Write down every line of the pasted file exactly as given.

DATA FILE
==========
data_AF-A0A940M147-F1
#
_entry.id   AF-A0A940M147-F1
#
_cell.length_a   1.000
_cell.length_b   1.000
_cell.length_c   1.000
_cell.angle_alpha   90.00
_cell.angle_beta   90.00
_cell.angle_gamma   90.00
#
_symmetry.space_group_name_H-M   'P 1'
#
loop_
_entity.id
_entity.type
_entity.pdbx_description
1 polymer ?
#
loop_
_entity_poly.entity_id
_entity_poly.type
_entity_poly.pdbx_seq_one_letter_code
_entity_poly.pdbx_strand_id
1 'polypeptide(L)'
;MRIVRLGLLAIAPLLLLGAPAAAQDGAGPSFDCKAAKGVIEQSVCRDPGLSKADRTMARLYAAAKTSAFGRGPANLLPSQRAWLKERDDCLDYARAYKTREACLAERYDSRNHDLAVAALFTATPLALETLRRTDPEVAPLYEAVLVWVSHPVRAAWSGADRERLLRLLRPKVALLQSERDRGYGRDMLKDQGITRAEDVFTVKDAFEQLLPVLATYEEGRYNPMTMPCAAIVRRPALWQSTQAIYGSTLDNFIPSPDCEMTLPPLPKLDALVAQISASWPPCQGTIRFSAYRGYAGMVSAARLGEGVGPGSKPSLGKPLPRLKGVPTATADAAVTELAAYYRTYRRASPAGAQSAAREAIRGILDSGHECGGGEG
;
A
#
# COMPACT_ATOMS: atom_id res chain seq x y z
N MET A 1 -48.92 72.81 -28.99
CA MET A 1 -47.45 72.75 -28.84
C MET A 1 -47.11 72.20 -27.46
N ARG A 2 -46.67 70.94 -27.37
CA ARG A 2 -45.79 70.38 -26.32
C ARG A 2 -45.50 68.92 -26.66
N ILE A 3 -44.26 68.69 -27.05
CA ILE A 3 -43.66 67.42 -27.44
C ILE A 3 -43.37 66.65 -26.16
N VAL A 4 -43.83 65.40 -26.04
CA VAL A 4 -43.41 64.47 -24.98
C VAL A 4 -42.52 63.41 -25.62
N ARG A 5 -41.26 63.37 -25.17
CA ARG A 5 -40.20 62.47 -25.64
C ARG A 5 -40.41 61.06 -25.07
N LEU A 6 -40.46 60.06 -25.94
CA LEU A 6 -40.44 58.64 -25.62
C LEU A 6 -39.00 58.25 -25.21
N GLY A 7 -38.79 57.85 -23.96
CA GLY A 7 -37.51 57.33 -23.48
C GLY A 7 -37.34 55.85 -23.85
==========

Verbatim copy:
data_AF-A0A940M147-F1
#
_entry.id   AF-A0A940M147-F1
#
_cell.length_a   1.000
_cell.length_b   1.000
_cell.length_c   1.000
_cell.angle_alpha   90.00
_cell.angle_beta   90.00
_cell.angle_gamma   90.00
#
_symmetry.space_group_name_H-M   'P 1'
#
loop_
_entity.id
_entity.type
_entity.pdbx_description
1 polymer ?
#
loop_
_entity_poly.entity_id
_entity_poly.type
_entity_poly.pdbx_seq_one_letter_code
_entity_poly.pdbx_strand_id
1 'polypeptide(L)'
;MRIVRLGLLAIAPLLLLGAPAAAQDGAGPSFDCKAAKGVIEQSVCRDPGLSKADRTMARLYAAAKTSAFGRGPANLLPSQRAWLKERDDCLDYARAYKTREACLAERYDSRNHDLAVAALFTATPLALETLRRTDPEVAPLYEAVLVWVSHPVRAAWSGADRERLLRLLRPKVALLQSERDRGYGRDMLKDQGITRAEDVFTVKDAFEQLLPVLATYEEGRYNPMTMPCAAIVRRPALWQSTQAIYGSTLDNFIPSPDCEMTLPPLPKLDALVAQISASWPPCQGTIRFSAYRGYAGMVSAARLGEGVGPGSKPSLGKPLPRLKGVPTATADAAVTELAAYYRTYRRASPAGAQSAAREAIRGILDSGHECGGGEG
;
A
#
# COMPACT_ATOMS: atom_id res chain seq x y z
N MET A 1 -48.92 72.81 -28.99
CA MET A 1 -47.45 72.75 -28.84
C MET A 1 -47.11 72.20 -27.46
N ARG A 2 -46.67 70.94 -27.37
CA ARG A 2 -45.79 70.38 -26.32
C ARG A 2 -45.50 68.92 -26.66
N ILE A 3 -44.26 68.69 -27.05
CA ILE A 3 -43.66 67.42 -27.44
C ILE A 3 -43.37 66.65 -26.16
N VAL A 4 -43.83 65.40 -26.04
CA VAL A 4 -43.41 64.47 -24.98
C VAL A 4 -42.52 63.41 -25.62
N ARG A 5 -41.26 63.37 -25.17
CA ARG A 5 -40.20 62.47 -25.64
C ARG A 5 -40.41 61.06 -25.07
N LEU A 6 -40.46 60.06 -25.94
CA LEU A 6 -40.44 58.64 -25.62
C LEU A 6 -39.00 58.25 -25.21
N GLY A 7 -38.79 57.85 -23.96
CA GLY A 7 -37.51 57.33 -23.48
C GLY A 7 -37.34 55.85 -23.85